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Rot in Balcony - property managers beware

Property Managers need to be wary of balconies. 

There is a tendency to look at a balcony and see that its structure is either concrete or steel and feel safe. However, where the structure comprises a steel frame the infill floor may be of timber construction and herein lies the potential problem.

We recently surveyed a steel framed balcony and noted on opening up that the floor timbers were decayed and the joists were not spaced at a safe distance. This particular balcony was not safe for one person never mind a family of four.

While the balcony itself is not likely to collapse the floor is and this could cause serious injury to a person on the balcony or someone below from falling debris.

Anywhere you have a steel frame with timber infill floor check the following:

  • the structural joists for decay
    • the sizing of joists and spacing
    • check the underside for any lining coming loose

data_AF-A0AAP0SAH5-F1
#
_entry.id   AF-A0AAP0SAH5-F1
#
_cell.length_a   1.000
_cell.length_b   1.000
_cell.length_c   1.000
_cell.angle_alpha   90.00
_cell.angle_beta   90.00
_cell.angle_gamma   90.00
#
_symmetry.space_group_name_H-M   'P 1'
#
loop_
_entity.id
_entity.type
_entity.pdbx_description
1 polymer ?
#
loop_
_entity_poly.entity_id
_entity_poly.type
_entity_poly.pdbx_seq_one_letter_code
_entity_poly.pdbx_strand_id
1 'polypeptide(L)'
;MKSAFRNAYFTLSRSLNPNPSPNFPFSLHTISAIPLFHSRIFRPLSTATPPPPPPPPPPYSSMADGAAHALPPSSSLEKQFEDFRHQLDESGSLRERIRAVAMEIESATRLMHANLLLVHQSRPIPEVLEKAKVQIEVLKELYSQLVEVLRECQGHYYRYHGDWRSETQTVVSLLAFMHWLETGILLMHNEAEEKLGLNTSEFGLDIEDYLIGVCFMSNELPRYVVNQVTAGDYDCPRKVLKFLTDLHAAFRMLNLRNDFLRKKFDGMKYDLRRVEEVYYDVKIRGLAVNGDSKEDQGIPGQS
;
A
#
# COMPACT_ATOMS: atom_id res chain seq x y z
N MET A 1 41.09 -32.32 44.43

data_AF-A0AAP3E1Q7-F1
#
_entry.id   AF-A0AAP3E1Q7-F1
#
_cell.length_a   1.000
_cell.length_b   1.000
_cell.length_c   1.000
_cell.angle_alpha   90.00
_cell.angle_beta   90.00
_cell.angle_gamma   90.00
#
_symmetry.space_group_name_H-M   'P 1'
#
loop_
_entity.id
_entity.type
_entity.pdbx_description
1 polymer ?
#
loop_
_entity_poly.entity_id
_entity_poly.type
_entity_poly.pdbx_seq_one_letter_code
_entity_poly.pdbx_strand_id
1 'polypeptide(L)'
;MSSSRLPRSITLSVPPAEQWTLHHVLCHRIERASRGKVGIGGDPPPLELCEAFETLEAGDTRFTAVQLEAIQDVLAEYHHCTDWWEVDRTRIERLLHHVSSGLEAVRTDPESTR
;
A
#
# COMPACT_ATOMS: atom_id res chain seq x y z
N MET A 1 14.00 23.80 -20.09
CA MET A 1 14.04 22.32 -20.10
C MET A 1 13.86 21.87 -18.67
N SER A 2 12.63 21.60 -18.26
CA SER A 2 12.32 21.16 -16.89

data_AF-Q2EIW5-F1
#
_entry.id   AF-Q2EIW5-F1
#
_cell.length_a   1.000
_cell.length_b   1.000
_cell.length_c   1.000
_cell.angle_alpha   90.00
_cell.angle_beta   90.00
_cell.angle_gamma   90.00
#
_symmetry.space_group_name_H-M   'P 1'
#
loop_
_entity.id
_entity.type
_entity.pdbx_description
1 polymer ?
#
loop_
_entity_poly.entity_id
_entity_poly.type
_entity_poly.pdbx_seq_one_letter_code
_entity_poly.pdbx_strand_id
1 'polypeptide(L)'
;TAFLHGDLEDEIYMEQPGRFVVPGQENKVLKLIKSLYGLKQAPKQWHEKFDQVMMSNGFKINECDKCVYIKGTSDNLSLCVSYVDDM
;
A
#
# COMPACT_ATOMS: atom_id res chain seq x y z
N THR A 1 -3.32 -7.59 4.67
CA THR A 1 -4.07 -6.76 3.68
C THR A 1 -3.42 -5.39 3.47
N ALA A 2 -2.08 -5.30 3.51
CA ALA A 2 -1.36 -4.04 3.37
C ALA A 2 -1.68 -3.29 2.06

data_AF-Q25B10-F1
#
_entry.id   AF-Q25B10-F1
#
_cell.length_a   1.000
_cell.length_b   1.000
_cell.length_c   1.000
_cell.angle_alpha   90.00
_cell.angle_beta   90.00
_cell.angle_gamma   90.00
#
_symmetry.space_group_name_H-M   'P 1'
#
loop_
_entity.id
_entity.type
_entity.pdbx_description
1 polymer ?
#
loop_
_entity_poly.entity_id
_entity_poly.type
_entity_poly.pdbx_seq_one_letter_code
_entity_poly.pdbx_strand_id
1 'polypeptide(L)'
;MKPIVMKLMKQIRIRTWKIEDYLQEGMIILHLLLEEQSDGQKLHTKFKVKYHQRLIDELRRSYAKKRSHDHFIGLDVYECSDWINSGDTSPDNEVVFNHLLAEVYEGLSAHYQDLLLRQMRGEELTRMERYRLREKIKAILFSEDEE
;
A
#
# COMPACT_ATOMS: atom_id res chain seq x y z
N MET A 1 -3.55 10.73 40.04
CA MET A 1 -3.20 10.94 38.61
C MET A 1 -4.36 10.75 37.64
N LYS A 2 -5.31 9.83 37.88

• check also bolt/screw fixings to the wall of the steel frame
    • check the weathering to the balcony for damage, ponding or poor detailing at door threshold and upstand. These can all lead to water ingress resulting in mould and decay
  • Where glass panels are provided to the steel frame handrail check:

    • the fixings for corrosion,
    • that the glazing has a kite mark signifying it is toughened glass.

    Balconies are very much in vogue following the Berkeley balcony collapse. Balconies in the newer developments in Ireland are rarely formed in the same way as Berkeley where the joists cantilevered out to provide support for the balcony. However, we do have many cases of timber floors to balconies and these require regular maintenance and review. A planned maintenance programme is recommended for all developments and this must include the balconies.